Our Indiana Jones Adventure
Trip Start Mar 11, 2011
217Trip End Ongoing
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Preconceptions of cantinas serving tequila (Where else did Cantina Tequila get it from?) spurred us to hunt for just that. So we went around the streets asking locals where to go. Initially they were directing us to the plush hotels. This prompted us to add: "No para gringos, para Mexicanos!" (Not for foreigners, for Mexicans!).
That's how we ended up at Nachos Bar, a small poorly-lit and simply decorated bar with only male patrons
Next day we headed off to the ruins. We quickly learned what Septi-hambre (September Hunger) means when we were surrounded by ten guides. They weren't all touting for our business though. As Salvador explained, they take turns and keep a list of who will tout the next set of customers. The negotiating ball was in our court so we patiently waited until they accepted our price of 300 pesos for 2 hours. They laughingly said we could have the elderly, slow-moving, slow-speaking guide for that low price but we held out for Salvador. We figured he'd make for good entertainment!
The ruins themselves were not that different to Tikal's. But Salvador took us behind the barriers into unexcavated parts where we could crawl into the structures where bats lurk and swing with vines from the mounds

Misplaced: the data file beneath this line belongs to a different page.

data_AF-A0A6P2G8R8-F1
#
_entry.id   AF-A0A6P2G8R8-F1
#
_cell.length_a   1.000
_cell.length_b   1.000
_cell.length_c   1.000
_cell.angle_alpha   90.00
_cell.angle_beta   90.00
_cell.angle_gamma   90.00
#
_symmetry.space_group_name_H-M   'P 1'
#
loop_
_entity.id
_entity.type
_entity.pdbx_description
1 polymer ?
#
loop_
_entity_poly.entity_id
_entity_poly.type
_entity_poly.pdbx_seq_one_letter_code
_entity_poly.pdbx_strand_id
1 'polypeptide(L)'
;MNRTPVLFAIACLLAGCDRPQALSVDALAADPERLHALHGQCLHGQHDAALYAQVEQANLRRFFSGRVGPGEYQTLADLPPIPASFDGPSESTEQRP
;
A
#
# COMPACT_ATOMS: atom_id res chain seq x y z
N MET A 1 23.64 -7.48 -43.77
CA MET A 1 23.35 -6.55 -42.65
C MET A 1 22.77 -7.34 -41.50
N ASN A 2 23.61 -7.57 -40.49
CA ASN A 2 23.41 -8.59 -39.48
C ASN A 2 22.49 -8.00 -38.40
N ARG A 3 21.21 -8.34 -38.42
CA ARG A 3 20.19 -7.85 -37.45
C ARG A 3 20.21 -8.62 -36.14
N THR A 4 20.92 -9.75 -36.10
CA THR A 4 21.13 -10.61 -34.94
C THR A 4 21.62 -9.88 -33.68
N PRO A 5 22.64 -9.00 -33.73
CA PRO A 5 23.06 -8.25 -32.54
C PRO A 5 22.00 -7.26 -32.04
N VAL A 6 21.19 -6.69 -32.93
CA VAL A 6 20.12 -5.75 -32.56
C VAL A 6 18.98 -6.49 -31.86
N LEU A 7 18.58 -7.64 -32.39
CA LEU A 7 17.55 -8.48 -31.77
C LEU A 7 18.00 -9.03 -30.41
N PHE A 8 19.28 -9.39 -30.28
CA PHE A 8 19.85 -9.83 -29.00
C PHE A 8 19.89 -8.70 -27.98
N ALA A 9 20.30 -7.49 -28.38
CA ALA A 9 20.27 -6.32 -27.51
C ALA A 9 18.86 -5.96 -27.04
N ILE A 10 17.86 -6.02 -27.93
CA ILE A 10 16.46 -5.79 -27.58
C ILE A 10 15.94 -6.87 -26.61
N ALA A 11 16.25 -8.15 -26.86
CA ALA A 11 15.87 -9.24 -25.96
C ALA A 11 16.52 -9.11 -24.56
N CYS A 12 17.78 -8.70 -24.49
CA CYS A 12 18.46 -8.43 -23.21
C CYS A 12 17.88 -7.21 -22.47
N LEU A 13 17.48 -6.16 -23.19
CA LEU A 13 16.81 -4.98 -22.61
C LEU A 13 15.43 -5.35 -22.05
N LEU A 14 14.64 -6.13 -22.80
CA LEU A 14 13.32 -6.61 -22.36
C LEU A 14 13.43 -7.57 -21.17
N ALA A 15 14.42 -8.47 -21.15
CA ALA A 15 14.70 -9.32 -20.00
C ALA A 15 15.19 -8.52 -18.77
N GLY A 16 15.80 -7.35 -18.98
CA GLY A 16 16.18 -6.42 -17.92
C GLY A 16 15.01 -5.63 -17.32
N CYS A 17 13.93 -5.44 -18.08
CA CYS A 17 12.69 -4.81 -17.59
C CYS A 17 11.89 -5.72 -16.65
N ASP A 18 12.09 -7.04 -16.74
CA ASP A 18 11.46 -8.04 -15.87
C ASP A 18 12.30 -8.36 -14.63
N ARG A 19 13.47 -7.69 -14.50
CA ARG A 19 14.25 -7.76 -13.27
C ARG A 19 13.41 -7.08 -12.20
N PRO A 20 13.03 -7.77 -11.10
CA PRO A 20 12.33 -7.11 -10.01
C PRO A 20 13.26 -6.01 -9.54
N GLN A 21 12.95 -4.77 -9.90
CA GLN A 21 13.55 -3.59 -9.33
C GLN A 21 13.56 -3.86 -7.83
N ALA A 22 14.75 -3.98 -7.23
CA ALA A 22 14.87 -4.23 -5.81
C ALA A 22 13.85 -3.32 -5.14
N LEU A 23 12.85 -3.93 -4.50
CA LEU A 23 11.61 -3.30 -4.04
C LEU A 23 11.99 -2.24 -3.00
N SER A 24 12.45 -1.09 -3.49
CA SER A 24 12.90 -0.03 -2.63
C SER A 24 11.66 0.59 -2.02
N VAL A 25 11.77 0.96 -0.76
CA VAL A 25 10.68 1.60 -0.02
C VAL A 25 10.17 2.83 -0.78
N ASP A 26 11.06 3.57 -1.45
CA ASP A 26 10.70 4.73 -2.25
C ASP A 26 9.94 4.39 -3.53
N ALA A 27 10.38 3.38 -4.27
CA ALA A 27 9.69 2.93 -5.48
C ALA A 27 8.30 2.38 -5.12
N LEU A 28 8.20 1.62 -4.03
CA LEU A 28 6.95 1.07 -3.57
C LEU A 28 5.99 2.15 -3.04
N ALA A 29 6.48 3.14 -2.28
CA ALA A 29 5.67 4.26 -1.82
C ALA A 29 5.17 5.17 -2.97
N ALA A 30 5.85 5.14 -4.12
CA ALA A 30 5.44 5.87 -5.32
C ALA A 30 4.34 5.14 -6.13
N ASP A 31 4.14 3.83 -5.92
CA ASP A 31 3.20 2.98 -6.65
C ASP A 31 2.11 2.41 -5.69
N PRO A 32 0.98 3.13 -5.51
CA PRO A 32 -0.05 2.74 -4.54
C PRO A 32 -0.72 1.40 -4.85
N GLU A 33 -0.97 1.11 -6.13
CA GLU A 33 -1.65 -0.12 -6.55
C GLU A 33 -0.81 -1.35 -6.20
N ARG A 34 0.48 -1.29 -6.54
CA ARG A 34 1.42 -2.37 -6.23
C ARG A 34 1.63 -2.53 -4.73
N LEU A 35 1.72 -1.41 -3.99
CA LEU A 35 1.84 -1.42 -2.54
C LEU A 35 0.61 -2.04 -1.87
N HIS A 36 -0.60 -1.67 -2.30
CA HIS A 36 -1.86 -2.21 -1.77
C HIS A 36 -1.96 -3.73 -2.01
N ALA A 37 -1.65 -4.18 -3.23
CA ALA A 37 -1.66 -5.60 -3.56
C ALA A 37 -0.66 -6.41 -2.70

Palenque is special, like a temple of doom! Secrets tombs were discovered with special release mechanisms. Two separate tombs contained skeletons with lots of jade jewellery and other personal possessions - one belonging to a woman and one to a man. They're not sure who they were but they must've been important.
Salvador was a great guide who apparently won 3rd prize for best guide with some regional tour company. We got on so well that Salvador that he invited us back to his house where we spent a pleasant afternoon. We paid for the ingredients and in exchange he cooked up a storm! Prawns diablo with chipotle chillis and dorado fish wrapped in foil with tomato, onion and his special blend of herbs and spices. He showed us around his humble abode where he sleeps in an expensive hammock. He told us his life story, showed us pics of his 7 kids and told us how much he spent on his daughter's 15th birthday party. This celebration is a big deal throughout Latin America (we first came across it in Cuba), almost as a big deal as a wedding
That night the town was struck by a nasty storm that lasted for hours. The joys of the rainy season! We're talking bolsterous thunder, constant lightning and torrential rain. We were trapped at a pharmacy trying to out-wait the rain. While sat there admiring the awe-inspiring weather and chatting about life, lightning struck the ground right in front of us! Mario saw it and I saw the look on his face. Shock! Horror! I've never seen him react that way EVER before, in all our 14 years!
Eventually we admitted defeat, kicked off our flipflops and wading carefully along the sidewalks. As serendipity would have it we discovered a small taco joint on a side street that served "gringas" - a taco with kebab-like meat from a huge skewer topped with grilled pineapple and melted cheese! A perfect ending to a very eventful day!
Aside: To honour the start of 3 months (at least!) in this country Mario decided to wear Mexico on his face! He shaved it all off (thankfully, not his eyebrows!) and started work on his Mexican-style moustache (watch how it grows in future posts).